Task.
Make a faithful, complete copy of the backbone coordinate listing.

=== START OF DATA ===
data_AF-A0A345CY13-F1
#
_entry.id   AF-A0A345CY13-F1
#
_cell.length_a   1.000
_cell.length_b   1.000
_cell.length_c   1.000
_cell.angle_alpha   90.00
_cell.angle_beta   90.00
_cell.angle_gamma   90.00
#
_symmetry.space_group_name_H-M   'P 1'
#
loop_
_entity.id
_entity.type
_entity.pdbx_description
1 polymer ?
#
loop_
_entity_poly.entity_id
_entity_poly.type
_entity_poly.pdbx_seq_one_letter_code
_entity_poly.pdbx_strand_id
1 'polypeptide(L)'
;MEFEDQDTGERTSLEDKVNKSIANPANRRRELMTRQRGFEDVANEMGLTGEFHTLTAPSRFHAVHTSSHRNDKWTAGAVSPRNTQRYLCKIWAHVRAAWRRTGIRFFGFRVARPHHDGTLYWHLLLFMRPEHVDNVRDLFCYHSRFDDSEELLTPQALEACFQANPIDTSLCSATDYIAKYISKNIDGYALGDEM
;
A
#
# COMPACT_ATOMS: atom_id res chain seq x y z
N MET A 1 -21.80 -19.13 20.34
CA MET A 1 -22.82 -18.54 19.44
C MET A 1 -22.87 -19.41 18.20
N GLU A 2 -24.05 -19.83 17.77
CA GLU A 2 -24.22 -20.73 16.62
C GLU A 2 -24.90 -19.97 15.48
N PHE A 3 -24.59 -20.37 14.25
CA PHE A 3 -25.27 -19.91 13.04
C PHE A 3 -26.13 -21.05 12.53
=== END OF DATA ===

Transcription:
data_AF-A0A345CY13-F1
#
_entry.id   AF-A0A345CY13-F1
#
_cell.length_a   1.000
_cell.length_b   1.000
_cell.length_c   1.000
_cell.angle_alpha   90.00
_cell.angle_beta   90.00
_cell.angle_gamma   90.00
#
_symmetry.space_group_name_H-M   'P 1'
#
loop_
_entity.id
_entity.type
_entity.pdbx_description
1 polymer ?
#
loop_
_entity_poly.entity_id
_entity_poly.type
_entity_poly.pdbx_seq_one_letter_code
_entity_poly.pdbx_strand_id
1 'polypeptide(L)'
;MEFEDQDTGERTSLEDKVNKSIANPANRRRELMTRQRGFEDVANEMGLTGEFHTLTAPSRFHAVHTSSHRNDKWTAGAVSPRNTQRYLCKIWAHVRAAWRRTGIRFFGFRVARPHHDGTLYWHLLLFMRPEHVDNVRDLFCYHSRFDDSEELLTPQALEACFQANPIDTSLCSATDYIAKYISKNIDGYALGDEM
;
A
#
# COMPACT_ATOMS: atom_id res chain seq x y z
N MET A 1 -21.80 -19.13 20.34
CA MET A 1 -22.82 -18.54 19.44
C MET A 1 -22.87 -19.41 18.20
N GLU A 2 -24.05 -19.83 17.77
CA GLU A 2 -24.22 -20.73 16.62
C GLU A 2 -24.90 -19.97 15.48
N PHE A 3 -24.59 -20.37 14.25
CA PHE A 3 -25.27 -19.91 13.04
C PHE A 3 -26.13 -21.05 12.53